Oh yes, there should be audience participation. I suppose there is a relationship between speaker and listener. It's not static but active as Betty said. Both have a role to play. Whenever I'm talking to a friend who's not really listening, my words end up fading away. It's not a good feeling.

      It was indeed an honour to have the archbishop in our midst. I would never have predicted he would be interested in blogging. Actually I think he's the sort of person who is interested in everyone and what they are doing. A rare man!

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  3. What an experience for you, he is really a wonderful man!

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    1. Kelly,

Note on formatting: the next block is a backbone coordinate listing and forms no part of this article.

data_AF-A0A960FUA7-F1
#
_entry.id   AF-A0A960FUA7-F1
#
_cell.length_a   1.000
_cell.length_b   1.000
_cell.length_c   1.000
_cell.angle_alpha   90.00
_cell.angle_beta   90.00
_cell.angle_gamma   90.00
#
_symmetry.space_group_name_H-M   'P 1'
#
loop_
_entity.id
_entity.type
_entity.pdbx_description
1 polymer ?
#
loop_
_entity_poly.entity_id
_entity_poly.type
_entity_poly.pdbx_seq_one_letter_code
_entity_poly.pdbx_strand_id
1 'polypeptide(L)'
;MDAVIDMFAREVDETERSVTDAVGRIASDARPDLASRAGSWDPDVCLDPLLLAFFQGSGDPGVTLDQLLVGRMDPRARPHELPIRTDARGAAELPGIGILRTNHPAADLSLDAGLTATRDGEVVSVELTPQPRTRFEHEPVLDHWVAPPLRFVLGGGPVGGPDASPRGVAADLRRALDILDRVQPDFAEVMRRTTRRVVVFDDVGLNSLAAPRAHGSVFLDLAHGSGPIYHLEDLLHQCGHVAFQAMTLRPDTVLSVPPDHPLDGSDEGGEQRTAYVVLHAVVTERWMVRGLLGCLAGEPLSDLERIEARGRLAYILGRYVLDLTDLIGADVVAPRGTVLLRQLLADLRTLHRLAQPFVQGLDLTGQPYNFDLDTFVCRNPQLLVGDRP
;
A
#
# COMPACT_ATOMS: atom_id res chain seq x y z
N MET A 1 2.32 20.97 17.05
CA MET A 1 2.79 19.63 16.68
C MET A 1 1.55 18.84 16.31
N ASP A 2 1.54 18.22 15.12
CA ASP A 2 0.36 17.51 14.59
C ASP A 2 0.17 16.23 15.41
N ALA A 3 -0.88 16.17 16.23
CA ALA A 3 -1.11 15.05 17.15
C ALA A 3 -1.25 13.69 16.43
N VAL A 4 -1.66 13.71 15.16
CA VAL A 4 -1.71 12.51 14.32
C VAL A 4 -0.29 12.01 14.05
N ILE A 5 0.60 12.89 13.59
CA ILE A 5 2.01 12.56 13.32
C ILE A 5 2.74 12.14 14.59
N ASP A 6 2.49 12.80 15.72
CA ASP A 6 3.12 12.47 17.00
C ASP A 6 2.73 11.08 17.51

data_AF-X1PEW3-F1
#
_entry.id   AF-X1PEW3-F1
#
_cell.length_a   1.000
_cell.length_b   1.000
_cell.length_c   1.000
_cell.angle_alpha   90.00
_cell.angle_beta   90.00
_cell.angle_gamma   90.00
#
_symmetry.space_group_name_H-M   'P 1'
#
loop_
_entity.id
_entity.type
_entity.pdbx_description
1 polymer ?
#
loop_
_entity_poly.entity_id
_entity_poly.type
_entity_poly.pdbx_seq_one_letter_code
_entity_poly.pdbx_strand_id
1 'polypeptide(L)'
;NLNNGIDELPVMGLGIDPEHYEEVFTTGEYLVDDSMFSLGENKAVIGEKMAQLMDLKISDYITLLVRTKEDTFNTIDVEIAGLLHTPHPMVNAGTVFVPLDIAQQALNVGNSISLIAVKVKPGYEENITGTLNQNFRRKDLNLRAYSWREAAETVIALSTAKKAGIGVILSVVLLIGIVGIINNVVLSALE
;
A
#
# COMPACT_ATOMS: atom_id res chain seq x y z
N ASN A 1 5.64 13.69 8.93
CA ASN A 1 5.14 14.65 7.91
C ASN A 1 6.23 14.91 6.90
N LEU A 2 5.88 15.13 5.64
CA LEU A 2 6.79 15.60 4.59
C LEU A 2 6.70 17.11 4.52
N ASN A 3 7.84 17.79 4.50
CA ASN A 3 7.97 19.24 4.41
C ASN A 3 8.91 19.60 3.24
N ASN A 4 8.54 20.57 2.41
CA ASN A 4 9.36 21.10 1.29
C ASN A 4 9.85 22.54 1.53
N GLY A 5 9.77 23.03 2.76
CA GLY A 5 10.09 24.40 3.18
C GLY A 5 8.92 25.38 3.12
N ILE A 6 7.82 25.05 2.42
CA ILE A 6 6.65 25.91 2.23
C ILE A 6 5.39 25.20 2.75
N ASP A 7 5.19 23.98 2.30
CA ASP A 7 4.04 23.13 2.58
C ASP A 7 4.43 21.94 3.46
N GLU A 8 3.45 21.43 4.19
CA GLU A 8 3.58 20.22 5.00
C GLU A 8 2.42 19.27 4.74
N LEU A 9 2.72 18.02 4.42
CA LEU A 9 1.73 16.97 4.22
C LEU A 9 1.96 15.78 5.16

It was indeed a wonderful experience having the archbishop at our workshop. I was surprised he didn't claim VIP status at the conference. Instead he looked for a seat among the crowd, the same as everyone else, and attended the workshops too.

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  4. What a wonderful story and I'm keen to hear what you spoke about!:)

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    1. oh and it was THAT Laura! I love her blog!!

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    2. Erin,

      I am guessing lots of people know about Laura. Her blog is understandably very popular. Wasn't I fortunate having such a great person like the archbishop in our audience? I'm glad you are interested in my workshop notes. Thank you!

      Delete